Where traditionally constructed buildings (defined as ‘ building construction incorporating vapour permeable materials that both absorb moisture and readily allow its evaporation’) and protected buildings (e.g., a listed building, a building in a conservation area) are concerned there are additional qualification requirements. Members of the project team undertaking or leading assessments, improvement option evaluations, establishing intended outcomes, preparation of an improvement plan or submitting or facilitating applications for statutory approvals shall also hold an additional qualification which PAS 2038 describes as a Level 3 Award qualification covering the retrofitting of traditional buildings.
We can assume this to be at least a requirement for the Retrofit Lead Professional and the Lead Assessor. It can be obtained through successfully undertaking a two-day course which is available from the Environment Study Centre. Additionally, members of the project team undertaking or leading the design and specification of retrofit work shall also be accredited or certified in building conservation.
 Assessment requirements
The process of retrofitting a traditionally constructed building or a protected building also involves some additional requirements. This means that the assessment of the building should be carried out in accordance with BS EN 16883:2017: Conservation of cultural heritage – Guidelines for improving the energy performance of historic buildings.
However, PAS 2038 states that a significance analysis should be undertaken and retrofit proposals should be measured against the impact that they have on significance by undertaking heritage impact assessments in accordance with BS 7913:2013: Guide to the conservation of historic buildings. This is a clear improvement upon PAS 2035, but unfortunately, many domestic scale non-domestic buildings may not be treated in such a wise way.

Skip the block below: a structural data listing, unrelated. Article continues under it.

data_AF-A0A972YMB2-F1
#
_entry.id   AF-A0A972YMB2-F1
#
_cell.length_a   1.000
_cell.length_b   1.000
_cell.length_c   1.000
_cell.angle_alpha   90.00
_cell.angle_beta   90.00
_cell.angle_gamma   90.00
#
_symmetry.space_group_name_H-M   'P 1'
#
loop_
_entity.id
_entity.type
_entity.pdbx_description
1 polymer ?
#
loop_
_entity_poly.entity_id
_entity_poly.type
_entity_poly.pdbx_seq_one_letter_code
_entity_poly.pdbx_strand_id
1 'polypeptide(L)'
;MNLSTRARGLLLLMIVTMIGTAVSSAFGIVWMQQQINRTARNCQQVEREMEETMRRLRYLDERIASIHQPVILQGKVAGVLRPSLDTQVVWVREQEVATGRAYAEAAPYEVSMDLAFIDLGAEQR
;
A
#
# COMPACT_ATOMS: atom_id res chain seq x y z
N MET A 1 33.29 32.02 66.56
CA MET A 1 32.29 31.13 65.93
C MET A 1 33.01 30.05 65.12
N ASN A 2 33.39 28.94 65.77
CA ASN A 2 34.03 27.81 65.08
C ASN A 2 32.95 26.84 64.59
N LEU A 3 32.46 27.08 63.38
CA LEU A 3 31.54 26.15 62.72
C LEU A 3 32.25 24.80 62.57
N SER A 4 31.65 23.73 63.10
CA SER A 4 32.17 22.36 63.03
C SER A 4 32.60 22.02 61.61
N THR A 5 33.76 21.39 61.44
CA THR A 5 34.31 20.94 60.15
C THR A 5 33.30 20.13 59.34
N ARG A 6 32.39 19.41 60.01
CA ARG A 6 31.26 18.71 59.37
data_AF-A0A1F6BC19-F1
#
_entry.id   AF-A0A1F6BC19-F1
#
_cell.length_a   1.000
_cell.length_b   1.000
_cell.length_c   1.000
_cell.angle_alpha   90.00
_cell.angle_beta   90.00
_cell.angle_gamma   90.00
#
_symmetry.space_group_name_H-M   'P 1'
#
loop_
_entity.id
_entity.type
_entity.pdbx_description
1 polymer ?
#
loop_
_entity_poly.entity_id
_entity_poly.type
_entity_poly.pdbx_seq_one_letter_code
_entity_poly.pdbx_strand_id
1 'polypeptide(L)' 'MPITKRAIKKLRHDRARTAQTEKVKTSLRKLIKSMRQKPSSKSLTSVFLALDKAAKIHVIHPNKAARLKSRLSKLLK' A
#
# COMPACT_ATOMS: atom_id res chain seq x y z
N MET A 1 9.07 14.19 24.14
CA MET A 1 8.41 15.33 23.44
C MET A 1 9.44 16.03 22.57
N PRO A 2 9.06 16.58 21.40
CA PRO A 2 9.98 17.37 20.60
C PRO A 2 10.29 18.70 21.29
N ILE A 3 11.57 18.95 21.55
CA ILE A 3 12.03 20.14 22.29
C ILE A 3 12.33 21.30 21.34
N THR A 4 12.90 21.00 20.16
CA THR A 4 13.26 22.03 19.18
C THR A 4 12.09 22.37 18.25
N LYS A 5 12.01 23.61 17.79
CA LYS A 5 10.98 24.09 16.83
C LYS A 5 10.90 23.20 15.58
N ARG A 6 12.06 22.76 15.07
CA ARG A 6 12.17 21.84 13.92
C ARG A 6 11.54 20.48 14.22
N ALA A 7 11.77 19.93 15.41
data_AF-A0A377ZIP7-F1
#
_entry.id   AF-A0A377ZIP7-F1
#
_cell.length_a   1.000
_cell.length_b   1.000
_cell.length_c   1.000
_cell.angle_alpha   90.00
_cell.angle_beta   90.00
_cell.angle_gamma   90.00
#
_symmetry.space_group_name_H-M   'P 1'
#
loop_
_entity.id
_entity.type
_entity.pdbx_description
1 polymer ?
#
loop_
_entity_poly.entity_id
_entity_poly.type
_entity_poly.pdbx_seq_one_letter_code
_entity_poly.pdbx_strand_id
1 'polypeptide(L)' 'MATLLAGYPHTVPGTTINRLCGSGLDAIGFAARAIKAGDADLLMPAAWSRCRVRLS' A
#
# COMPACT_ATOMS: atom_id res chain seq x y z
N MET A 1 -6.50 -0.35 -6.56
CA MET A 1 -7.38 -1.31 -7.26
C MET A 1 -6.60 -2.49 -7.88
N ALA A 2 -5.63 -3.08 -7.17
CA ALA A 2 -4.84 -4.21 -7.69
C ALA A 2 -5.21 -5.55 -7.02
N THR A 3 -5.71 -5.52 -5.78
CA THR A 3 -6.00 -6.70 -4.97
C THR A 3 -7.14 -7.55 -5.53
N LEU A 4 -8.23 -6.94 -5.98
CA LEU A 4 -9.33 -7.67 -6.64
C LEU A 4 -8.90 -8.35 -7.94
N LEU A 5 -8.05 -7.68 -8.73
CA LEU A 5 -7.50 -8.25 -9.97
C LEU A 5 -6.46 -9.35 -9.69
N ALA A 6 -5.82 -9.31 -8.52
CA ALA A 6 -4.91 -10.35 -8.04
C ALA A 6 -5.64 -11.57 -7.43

Whilst great care and expertise may be adopted in the assessment of a building and in the design and development of proposals, this could all be put at risk unless there is a robust approach to ensure that the design and specification is complied with as the work is being implemented on site. PAS 2038 has a more sophisticated approach to quality management compared to PAS 2035, with the requirement for inspection and test plans, but unfortunately this is only for buildings of over 1000 square meters.
It can be argued that PAS 2038 isn’t good enough, but all such PASs (Publicly Available Specifications) are produced through consensus. There was greater representation of heritage experts on the panel producing PAS 2038 compared to PAS 2035, hence PAS 2038 is more robust. Ultimately, PAS 2038 should be followed, but be seen as a minimum requirement.
This article originally appeared on the IHBC NewsBlog under the title, 'IHBC’s Technical Update: Panel chair Prof. John Edwards examines PAS 2038 "… a new BSI retrofit standard and what it means for older buildings".' It published on 28 Aug 2021 and written by Professor John Edwards, a professional member and Trustee of the IHBC and Chair of its Technical Panel. Edwards is also a Director of Edwards Hart Consultants, Professor of Practice at the University of Wales St David, member of the BSI Retrofit Standards Task Group, a member of the panel that produced PAS 2038.
 Related articles on Designing Buildings Wiki
The joint-institute document aims to help maintain cultural heritage by providing a consistent framework across different sectors & geographies
IHBC’s Gus Astley Student Awards 2021: Win £500 and a place on IHBC’s 2022 Aberdeen School with your built environment/heritage coursework, closes 31/07!
The last remaining buildings on the site of the Harris meat factory family’s historic mansion are being restored to their former glory and converted into new homes.
The Construction Industry Coronavirus Forum (CICV Forum) has unveiled a new guide to the crucial and increasingly complex issue of professional indemnity insurance (PII).
ICOMOS has advised that the new football stadium proposal, if implemented, would have a completely unacceptable major adverse impact its authenticity and integrity.
Responding to the changing working patterns of a post-Covid Scotland, the Construction Scotland Innovation Centre (CSIC) has revealed new plans to help retrofit public spaces into out-of-town alternatives to city centre offices.
The free-to-access online issue mixes the topical and practical to explore how the sector can best adapt to digital innovation.
IHBC’s 2021 virtual conference examines how we can best change and sustain places for the benefit of people, led by expert practitioners boasting international, national and local profiles and experiences.
The 2021 winners of the European Heritage Awards / Europa Nostra Awards have been announced.
England’s Housing Minister has announced a £1.1 million fund to test the use of digital tools and data standards across 10 local areas.